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Navy Seal Team Six: The Challenges of Rebuilding Following a Debilitating Loss

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By Ivana Kvesic, Christian Post Reporter
August 9, 2011|3:44 pm

The major military casualty that took place this past the weekend in the Wardak province of eastern Afghanistan raises several critical questions about future of U.S. special military forces and the increased challenges they are now likely to face in Afghanistan and worldwide.

The deadly helicopter attack this past Saturday that claimed the lives of 38 people and took ownership of the title for the worst single loss of the U.S. military since it arrived in Afghanistan in 2001, has also resulted in a massive loss for the US Navy Seal Team Six special operations unit.

Several of the Navy Seal’s Team Six unit were part of the American serviceman that were called to aid a smaller unit of Army Rangers that had come under heavy fighting in eastern Afghanistan.

Navy Seal’s are already an elite unit within the military that are trained to carry out some of the most dangerous operations. However, Navy Seal Team Six is an even more elite unit with its numbers rounding out to about 200 individuals that have undergone around five years of fierce and exclusive training.

Team Six was responsible for the raid that killed Osama bin Laden this past May and is the most feared unit in the United States military.

A former Seal Team Six member told NPR last May, “These guys are trained not just to go out and kill, (which sounds) indiscriminate, but to use that judgmental use of deadly force.”

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Saturday's crash resulted in a 10 percent loss for the unit, and the major question that arises is how to fill the void of the now missing members.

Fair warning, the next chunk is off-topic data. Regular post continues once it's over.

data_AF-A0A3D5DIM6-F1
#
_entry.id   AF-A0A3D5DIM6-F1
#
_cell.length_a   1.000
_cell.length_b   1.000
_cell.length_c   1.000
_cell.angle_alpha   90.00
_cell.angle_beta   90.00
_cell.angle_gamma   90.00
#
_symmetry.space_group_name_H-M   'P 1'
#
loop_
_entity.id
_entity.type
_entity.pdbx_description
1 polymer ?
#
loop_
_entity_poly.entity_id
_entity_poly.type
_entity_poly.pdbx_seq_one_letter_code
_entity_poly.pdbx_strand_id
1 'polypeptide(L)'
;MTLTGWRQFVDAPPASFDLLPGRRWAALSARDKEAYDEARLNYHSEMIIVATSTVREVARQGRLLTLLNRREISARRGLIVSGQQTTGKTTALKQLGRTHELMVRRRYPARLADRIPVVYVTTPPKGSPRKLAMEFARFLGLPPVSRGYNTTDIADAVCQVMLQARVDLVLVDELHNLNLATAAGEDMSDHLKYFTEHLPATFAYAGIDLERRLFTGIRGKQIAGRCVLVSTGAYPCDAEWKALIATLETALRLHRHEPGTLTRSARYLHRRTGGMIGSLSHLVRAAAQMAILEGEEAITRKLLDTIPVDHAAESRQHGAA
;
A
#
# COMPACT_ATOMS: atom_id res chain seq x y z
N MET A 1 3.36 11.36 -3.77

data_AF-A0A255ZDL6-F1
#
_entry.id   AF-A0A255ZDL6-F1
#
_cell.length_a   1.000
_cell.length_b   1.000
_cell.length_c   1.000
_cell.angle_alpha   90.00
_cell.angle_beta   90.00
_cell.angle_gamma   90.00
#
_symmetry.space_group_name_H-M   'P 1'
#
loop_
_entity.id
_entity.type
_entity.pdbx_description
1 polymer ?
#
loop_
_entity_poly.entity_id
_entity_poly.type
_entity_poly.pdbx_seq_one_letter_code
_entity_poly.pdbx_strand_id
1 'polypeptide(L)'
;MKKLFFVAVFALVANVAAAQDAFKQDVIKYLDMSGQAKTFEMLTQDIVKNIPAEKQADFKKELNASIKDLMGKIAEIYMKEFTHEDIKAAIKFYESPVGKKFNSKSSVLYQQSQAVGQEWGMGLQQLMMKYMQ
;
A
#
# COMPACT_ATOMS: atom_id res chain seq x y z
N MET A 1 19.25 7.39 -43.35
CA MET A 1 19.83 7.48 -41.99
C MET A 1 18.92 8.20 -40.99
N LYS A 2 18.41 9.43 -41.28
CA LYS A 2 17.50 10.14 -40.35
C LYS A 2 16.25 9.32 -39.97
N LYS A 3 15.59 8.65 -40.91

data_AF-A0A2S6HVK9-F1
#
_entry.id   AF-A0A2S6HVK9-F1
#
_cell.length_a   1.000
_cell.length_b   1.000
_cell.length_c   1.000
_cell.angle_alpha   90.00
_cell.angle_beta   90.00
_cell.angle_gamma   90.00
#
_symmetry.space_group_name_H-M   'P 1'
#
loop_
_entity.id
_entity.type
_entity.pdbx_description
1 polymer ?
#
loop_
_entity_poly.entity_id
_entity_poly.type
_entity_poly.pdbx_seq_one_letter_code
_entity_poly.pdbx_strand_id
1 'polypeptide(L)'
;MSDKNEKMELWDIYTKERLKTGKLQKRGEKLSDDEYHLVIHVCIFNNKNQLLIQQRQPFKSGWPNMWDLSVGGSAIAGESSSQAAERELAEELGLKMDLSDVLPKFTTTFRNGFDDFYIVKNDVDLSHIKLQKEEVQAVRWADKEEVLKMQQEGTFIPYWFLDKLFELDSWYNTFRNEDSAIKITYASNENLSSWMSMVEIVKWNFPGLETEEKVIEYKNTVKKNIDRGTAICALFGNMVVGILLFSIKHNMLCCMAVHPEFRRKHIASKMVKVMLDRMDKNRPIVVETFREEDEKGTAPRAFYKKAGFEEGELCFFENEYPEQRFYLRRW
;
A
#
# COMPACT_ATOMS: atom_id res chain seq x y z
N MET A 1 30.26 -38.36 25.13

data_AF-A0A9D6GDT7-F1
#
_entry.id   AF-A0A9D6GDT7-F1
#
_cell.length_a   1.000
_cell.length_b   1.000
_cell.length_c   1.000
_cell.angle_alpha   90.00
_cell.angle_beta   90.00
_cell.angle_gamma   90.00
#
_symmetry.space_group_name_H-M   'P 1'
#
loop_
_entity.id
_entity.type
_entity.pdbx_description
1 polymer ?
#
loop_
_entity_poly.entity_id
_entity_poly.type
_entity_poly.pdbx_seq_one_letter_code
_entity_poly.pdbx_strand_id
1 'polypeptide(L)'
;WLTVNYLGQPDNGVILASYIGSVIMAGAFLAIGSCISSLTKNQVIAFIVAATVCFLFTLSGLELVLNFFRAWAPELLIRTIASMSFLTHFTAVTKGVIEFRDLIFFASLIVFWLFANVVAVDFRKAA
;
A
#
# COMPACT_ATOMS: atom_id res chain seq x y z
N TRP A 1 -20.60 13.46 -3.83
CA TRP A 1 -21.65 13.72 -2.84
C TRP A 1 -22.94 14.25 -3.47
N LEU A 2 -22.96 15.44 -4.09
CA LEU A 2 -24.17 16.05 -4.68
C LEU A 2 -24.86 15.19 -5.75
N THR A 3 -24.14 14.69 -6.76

The causalities come at a time when, prior to his departure, former Special Forces commander Eric Olsen had already expressed concern over unit overstretch.

Ironically, on Monday, just two days after the attack, Oslen attended a pre-scheduled ceremony in Florida to pass on his commander position of the Special Forces to Adm. William McRaven.

At the typically positive ceremony, U.S. Defense Secretary Leon Panetta discussed the recent causalities and said, “This is a reminder that we remain a nation at war. One that has seen its share of triumph and tragedy. Special operators have been at the heart of many of those triumphs. And, as we all know, that comes oftentimes at a very high cost.”

With imminent pullouts of U.S. military personal from Afghanistan looming, the challenge of the Special Forces comes at a time when the forces are already being over-used while the need for their expertise in Afghanistan will inevitably rise.

 

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